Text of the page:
“Going forward, having the new equipment is going to allow us to scale up and do more beans and different varieties of beans,” he says. “That should lead to more opportunities for selling to schools and food hubs.”
Next Steps and Challenges for Farm-to-School
Despite the LPPP’s boost to local food in schools, challenges to building effective farm-to-school relationships remain. For example, Jason says more work needs to be done to help schools offset infrastructure and equipment costs. Because preparing and serving fresh, local food requires certain infrastructure and equipment, a lack of funds to upgrade is often a persistent barrier preventing schools from buying local food.
There’s also an education component that needs to be addressed. Jason says that schools sometimes don’t know how to effectively prepare new product. “I’ve worked with local school districts to develop new recipes for different products, like legumes. In particular, I’ve helped one local school district learn how to prepare dry beans. It’s a way to introduce a new product to a school district and build that relationship.”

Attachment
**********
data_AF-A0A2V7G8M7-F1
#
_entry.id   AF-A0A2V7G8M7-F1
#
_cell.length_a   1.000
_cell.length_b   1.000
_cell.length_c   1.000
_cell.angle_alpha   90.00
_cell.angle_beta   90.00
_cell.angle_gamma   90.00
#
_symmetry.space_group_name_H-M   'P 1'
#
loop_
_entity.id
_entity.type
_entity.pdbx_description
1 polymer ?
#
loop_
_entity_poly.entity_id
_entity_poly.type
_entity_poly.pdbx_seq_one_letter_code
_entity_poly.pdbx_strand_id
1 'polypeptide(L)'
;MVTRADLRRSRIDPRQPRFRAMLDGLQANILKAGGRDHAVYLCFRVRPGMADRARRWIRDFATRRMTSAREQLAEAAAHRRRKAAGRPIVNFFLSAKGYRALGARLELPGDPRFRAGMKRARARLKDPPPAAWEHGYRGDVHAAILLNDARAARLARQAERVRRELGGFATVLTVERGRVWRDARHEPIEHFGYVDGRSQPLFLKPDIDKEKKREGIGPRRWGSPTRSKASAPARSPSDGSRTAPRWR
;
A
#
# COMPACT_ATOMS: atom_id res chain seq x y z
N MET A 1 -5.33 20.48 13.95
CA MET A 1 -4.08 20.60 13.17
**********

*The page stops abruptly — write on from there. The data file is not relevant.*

Food hubs also face major infrastructure barriers that keep them from effectively aggregating and distributing larger amounts of product. If school demand for local food continues to grow, food hubs will need additional resources to fulfill their mission.
Farmers, too, will need additional support to offset risks and expand production to meet increased demand from schools. Although schools have the potential to be major markets for local food, farmers usually need to make production decisions well in advance of school purchasing decisions. This mismatch in timing complicates efforts to simultaneously scaling up supply and demand that government programs, like LPPP, could help offset.
State officials seem to recognize the need for state programs benefiting farm-to-school initiatives, and the opportunities they can bring. During the 2021 legislative session, both Governor Kim Reynold’s proposed budget and the Iowa Department of Agriculture and Land Stewardship’s budget request included more permanent funding for a program very similar to LPPP.
For farmers interested in building relationships with their local schools, Jason says a good place to start is with a local food hub. But for those who don’t have access to a food hub, or who are interested in building a personal relationship with the local school, Jason says it’s best to start relatively small, not push too hard and start the conversation as early as possible.
“My recommendation is to contact the school food director with a one-page document detailing the items you grow, sooner rather than later,” he says. “You can’t really start too early. I also wouldn’t start off talking about prices. Talk about quantities, talk about times of year when product would be available and make sure the school knows how to get a hold of you.”